From children’s films to black comedy, period dramas and, of course, crime series, there are Swedish movies for anyone interested in learning Swedish (especially if you like something outside of mainstream cinema). Here at Babbel, we’ve chosen eight of our favorites to help you learn about Swedish language and culture. Who knows — maybe they’ll even open up a (Swedish) dialogue to help you practice the words and phrases you’re learning!
Pass the popcorn.
1. Astrid Lindgren Movies
If you aren’t already familiar with her, Astrid Lindgren was the widely-known Swedish author who also happened to produce some timeless movies adaptations of her books. She’s perhaps best known for creating the character Pippi Långstrump (or Pippi Longstocking, as we know her in English), a young girl who moves to the town of Villa Villekulla with her horse and little monkey, Herr Nilsson.
Although Lindgren’s target audience was children, the movies are an excellent resource for adults beginning to learn Swedish. This is especially true because every Swede should be familiar with these tales, making them the perfect instigator for small talk. Lindgren’s other movies are also worth watching, including Emil i Lönneberga, Barnen i Bullerbyn, and Karlsson på taket.
2. En man som heter Ove
The Swedish comedy-drama En man som heter Ove (A Man Called Ove) is a delicious taste of the black comedy Swedes are known for — partially, they say, due to the long, dark winters they endure. This Oscar-nominated film was written and directed by Hannes Holm, and features a grieving man with steadfast beliefs as he attempts to commit suicide (sounds dreary, but the end it’s quite heartfelt). The humor is subtly peppered throughout this film and is easy enough for beginners to follow along. Also, this Swedish movie gives insights into the local culture as the protagonist goes on to befriend his new neighbors.
3. Fanny och Alexander
Fanny och Alexander (Fanny and Alexander) is a historical period drama directed by one of Sweden’s — not to mention the world’s — most accomplished filmmakers, Ingmar Bergman. The script is semi-autobiographical (like many of Bergman’s films) and follows two young siblings as their father unexpectedly dies and their mother remarries a bishop who reigns control of their lives. As a classic and award-winning piece of Swedish cinema, it’s a great opportunity for discussion and analysis for those at an intermediate level.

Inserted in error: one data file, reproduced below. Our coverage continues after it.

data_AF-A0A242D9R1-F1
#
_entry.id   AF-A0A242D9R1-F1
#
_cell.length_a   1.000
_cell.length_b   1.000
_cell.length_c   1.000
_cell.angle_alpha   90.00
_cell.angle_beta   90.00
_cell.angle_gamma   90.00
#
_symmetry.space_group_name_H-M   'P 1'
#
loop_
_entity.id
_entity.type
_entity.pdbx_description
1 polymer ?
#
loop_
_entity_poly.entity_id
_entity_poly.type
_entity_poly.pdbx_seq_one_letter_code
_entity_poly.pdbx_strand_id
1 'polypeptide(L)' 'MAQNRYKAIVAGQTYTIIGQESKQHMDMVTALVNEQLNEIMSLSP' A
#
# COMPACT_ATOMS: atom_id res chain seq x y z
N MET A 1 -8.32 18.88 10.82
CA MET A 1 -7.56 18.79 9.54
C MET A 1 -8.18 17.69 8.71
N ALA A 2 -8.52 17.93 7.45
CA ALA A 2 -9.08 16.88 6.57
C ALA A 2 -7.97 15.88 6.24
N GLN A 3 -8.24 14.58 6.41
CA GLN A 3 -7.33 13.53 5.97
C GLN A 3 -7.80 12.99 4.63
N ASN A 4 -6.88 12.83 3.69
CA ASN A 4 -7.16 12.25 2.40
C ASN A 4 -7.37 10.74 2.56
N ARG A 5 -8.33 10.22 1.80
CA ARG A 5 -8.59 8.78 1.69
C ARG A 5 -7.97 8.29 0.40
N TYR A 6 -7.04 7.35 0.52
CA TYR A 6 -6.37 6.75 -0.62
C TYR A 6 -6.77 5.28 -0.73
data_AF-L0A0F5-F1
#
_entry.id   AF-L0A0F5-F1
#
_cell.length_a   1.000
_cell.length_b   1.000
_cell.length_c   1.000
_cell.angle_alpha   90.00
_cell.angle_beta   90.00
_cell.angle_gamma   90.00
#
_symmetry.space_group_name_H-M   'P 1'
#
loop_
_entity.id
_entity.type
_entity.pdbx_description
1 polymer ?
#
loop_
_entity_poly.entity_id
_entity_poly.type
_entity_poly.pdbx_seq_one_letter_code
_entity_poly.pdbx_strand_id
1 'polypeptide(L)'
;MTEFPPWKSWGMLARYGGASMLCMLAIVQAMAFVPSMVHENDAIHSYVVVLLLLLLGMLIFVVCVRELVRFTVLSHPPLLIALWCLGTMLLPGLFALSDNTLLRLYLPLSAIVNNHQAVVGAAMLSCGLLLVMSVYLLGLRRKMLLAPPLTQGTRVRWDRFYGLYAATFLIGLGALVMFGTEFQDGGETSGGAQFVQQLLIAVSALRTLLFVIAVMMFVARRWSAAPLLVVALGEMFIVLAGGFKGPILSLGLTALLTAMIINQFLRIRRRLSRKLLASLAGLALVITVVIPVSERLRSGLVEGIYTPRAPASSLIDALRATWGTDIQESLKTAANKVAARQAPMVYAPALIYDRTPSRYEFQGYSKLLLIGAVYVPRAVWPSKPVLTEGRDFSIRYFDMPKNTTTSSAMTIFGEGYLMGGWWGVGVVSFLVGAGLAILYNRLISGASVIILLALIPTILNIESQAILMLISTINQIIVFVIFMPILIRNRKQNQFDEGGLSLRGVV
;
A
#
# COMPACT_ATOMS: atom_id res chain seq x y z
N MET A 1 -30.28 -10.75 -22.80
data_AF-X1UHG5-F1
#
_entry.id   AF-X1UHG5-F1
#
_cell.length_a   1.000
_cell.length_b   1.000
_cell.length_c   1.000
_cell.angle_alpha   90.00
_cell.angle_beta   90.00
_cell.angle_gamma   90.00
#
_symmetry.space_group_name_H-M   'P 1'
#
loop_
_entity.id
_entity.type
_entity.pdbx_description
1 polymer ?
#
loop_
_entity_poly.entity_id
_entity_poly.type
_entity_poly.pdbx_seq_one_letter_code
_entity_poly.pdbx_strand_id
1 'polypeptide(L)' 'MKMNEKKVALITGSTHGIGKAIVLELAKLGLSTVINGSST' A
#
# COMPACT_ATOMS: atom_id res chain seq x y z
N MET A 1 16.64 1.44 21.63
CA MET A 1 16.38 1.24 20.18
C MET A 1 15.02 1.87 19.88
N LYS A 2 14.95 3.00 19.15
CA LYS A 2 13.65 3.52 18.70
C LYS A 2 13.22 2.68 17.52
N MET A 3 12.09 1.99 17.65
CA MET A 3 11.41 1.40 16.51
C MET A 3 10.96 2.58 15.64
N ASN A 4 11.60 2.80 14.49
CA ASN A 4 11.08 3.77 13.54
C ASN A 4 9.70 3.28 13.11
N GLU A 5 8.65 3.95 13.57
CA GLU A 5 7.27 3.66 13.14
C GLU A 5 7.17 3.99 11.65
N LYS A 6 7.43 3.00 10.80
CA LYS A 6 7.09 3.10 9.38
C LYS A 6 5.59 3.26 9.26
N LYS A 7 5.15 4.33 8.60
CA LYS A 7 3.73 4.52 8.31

4. Fucking Åmål
Fucking Åmål tells the story of two teenage girls in a youthful period of longing in the small town of Åmål, Sweden. Directed by Lukas Moodyss, this drama was commended for its heartfelt realism and accurate depiction of teenagers in the 90s, especially for those on the LGBT spectrum. If you’re at an intermediate level, the relatable and approachable storyline makes this one of the best films to learn Swedish for intermediate learners.
5. Millenium Trilogy
Moving onto even heavier stuff, the best-selling Swedish crime novels-cum-films by Stieg Larsson deliver a great mix of everyday language layered with thrill. If you aren’t familiar, the Millenium Trilogy surrounds an investigative journalist, Mikael Blomkvist, and a computer hacker with a photographic memory, Lisbeth Salander, who solve crimes together. You probably know them best by the name of the first movie’s English title, The Girl with the Dragon Tattoo.
Allegedly, Larsson based the character of Lisbeth on what he imagined Pippi Långstrump might have been like as an adult, while a secondary inspiration was said to be his rebellious niece. The trilogy is widely popular in Sweden and worldwide, so it’s a sure conversation topic to brush up your Swedish if you’re at an intermediate level.
OK, technically this final recommendation isn’t a Swedish movie, but it’s absolutely worth a mention: the noir crime TV series Bron. This show, created and written by Hans Rosenfeldt, is actually a blend of Swedish and Danish since the plot revolves around a body found smack bang in the middle of the bridge connecting Swedish Malmö and Copenhagen. So, while the Swedes call it Bron, the Danes will opt for Broen ( and you may also know it as The Bridge in English).
Those at an intermediate level will find this series beneficial, especially if you’re down to add some darker, more gruesome language to your lexicon. It also turns out that the headliners of the show believe in language education, too. Watch two stars of the show offer a good teaser of what’s in store here.